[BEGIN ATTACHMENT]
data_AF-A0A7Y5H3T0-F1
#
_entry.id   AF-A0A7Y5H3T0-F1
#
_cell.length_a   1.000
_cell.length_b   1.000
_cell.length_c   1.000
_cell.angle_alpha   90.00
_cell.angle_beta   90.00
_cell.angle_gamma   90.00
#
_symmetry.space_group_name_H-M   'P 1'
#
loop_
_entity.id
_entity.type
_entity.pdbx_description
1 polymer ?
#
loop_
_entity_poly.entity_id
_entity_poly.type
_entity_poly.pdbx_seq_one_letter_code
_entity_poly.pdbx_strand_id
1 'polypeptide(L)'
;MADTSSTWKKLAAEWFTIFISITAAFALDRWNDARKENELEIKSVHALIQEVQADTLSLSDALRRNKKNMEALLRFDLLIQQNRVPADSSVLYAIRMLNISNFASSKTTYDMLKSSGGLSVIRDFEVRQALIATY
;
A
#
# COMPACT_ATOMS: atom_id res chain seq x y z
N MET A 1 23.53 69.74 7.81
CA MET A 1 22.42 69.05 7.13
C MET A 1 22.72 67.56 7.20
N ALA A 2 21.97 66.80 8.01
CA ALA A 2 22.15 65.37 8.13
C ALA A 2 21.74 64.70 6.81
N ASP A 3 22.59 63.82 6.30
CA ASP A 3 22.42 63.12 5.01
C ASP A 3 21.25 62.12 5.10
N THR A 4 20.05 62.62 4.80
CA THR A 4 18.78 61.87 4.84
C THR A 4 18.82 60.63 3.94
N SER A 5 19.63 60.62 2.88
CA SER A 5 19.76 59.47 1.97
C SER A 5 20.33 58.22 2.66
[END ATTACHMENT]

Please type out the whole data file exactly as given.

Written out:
data_AF-A0A7Y5H3T0-F1
#
_entry.id   AF-A0A7Y5H3T0-F1
#
_cell.length_a   1.000
_cell.length_b   1.000
_cell.length_c   1.000
_cell.angle_alpha   90.00
_cell.angle_beta   90.00
_cell.angle_gamma   90.00
#
_symmetry.space_group_name_H-M   'P 1'
#
loop_
_entity.id
_entity.type
_entity.pdbx_description
1 polymer ?
#
loop_
_entity_poly.entity_id
_entity_poly.type
_entity_poly.pdbx_seq_one_letter_code
_entity_poly.pdbx_strand_id
1 'polypeptide(L)'
;MADTSSTWKKLAAEWFTIFISITAAFALDRWNDARKENELEIKSVHALIQEVQADTLSLSDALRRNKKNMEALLRFDLLIQQNRVPADSSVLYAIRMLNISNFASSKTTYDMLKSSGGLSVIRDFEVRQALIATY
;
A
#
# COMPACT_ATOMS: atom_id res chain seq x y z
N MET A 1 23.53 69.74 7.81
CA MET A 1 22.42 69.05 7.13
C MET A 1 22.72 67.56 7.20
N ALA A 2 21.97 66.80 8.01
CA ALA A 2 22.15 65.37 8.13
C ALA A 2 21.74 64.70 6.81
N ASP A 3 22.59 63.82 6.30
CA ASP A 3 22.42 63.12 5.01
C ASP A 3 21.25 62.12 5.10
N THR A 4 20.05 62.62 4.80
CA THR A 4 18.78 61.87 4.84
C THR A 4 18.82 60.63 3.94
N SER A 5 19.63 60.62 2.88
CA SER A 5 19.76 59.47 1.97
C SER A 5 20.33 58.22 2.66